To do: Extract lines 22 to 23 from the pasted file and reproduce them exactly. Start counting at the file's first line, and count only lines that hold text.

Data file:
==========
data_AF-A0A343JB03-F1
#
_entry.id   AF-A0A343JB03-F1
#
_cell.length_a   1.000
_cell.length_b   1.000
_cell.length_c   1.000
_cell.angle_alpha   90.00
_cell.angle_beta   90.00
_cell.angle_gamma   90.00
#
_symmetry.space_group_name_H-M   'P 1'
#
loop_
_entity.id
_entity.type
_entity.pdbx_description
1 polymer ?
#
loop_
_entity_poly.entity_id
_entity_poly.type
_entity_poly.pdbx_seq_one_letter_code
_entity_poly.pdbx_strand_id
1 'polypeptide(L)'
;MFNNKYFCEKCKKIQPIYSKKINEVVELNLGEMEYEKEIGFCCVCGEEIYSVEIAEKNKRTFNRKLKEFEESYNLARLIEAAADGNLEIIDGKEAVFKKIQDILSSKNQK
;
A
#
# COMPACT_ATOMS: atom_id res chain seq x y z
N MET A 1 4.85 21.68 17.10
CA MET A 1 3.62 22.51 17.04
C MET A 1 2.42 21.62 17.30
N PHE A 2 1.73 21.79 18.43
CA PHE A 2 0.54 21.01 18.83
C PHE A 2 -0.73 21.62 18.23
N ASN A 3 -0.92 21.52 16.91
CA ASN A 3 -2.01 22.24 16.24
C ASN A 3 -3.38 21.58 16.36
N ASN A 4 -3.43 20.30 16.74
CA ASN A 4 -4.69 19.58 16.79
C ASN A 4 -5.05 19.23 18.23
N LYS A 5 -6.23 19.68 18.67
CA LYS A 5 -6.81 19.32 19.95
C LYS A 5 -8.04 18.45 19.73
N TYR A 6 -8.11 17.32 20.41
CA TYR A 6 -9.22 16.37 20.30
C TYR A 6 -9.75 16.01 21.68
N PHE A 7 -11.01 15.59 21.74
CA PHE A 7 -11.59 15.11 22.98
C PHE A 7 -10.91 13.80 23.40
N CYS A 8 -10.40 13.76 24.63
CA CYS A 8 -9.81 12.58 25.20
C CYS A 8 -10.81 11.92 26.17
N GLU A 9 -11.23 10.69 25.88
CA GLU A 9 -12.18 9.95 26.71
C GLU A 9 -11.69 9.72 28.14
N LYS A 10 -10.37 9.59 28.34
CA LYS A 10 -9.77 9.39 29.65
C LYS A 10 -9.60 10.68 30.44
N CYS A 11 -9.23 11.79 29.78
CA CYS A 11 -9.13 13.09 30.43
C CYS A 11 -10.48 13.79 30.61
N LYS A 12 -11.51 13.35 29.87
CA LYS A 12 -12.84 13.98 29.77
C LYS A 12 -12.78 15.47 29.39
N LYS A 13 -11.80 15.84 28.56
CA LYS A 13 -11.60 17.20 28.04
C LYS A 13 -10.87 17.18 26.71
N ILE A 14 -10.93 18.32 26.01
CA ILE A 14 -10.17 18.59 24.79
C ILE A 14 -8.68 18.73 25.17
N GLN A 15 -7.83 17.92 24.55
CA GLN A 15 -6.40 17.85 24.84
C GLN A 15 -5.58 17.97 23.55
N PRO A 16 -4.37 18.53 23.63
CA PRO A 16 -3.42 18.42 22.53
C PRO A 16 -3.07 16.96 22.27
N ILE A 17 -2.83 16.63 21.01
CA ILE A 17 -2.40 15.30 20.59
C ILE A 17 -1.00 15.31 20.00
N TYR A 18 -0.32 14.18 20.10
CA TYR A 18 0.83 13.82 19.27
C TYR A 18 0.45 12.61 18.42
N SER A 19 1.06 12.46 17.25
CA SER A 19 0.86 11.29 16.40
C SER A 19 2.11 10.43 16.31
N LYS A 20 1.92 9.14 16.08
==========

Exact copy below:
_entity_poly.type
_entity_poly.pdbx_seq_one_letter_code